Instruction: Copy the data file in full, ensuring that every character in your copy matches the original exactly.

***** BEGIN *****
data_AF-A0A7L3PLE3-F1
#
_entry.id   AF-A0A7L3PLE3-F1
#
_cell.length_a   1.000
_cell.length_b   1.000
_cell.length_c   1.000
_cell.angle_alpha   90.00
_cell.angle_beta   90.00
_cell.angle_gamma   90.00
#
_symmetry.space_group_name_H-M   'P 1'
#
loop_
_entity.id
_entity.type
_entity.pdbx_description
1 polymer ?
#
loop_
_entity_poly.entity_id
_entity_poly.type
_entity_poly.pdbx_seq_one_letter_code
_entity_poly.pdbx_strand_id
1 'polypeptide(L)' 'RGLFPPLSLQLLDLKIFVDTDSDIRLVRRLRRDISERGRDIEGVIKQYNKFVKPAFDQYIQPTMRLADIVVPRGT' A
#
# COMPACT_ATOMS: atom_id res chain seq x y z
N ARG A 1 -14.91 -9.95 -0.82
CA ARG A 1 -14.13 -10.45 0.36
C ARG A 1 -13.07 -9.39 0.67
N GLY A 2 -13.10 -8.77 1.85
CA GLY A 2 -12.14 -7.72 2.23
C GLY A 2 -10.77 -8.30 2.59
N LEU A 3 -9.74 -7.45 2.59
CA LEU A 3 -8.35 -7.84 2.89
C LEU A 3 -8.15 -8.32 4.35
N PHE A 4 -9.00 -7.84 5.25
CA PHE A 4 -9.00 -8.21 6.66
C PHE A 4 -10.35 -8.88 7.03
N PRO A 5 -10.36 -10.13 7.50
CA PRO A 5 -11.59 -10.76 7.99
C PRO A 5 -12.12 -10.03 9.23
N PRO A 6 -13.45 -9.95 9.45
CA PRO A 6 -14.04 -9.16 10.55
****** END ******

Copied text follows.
data_AF-A0A7L3PLE3-F1
#
_entry.id   AF-A0A7L3PLE3-F1
#
_cell.length_a   1.000
_cell.length_b   1.000
_cell.length_c   1.000
_cell.angle_alpha   90.00
_cell.angle_beta   90.00
_cell.angle_gamma   90.00
#
_symmetry.space_group_name_H-M   'P 1'
#
loop_
_entity.id
_entity.type
_entity.pdbx_description
1 polymer ?
#
loop_
_entity_poly.entity_id
_entity_poly.type
_entity_poly.pdbx_seq_one_letter_code
_entity_poly.pdbx_strand_id
1 'polypeptide(L)' 'RGLFPPLSLQLLDLKIFVDTDSDIRLVRRLRRDISERGRDIEGVIKQYNKFVKPAFDQYIQPTMRLADIVVPRGT' A
#
# COMPACT_ATOMS: atom_id res chain seq x y z
N ARG A 1 -14.91 -9.95 -0.82
CA ARG A 1 -14.13 -10.45 0.36
C ARG A 1 -13.07 -9.39 0.67
N GLY A 2 -13.10 -8.77 1.85
CA GLY A 2 -12.14 -7.72 2.23
C GLY A 2 -10.77 -8.30 2.59
N LEU A 3 -9.74 -7.45 2.59
CA LEU A 3 -8.35 -7.84 2.89
C LEU A 3 -8.15 -8.32 4.35
N PHE A 4 -9.00 -7.84 5.25
CA PHE A 4 -9.00 -8.21 6.66
C PHE A 4 -10.35 -8.88 7.03
N PRO A 5 -10.36 -10.13 7.50
CA PRO A 5 -11.59 -10.76 7.99
C PRO A 5 -12.12 -10.03 9.23
N PRO A 6 -13.45 -9.95 9.45
CA PRO A 6 -14.04 -9.16 10.55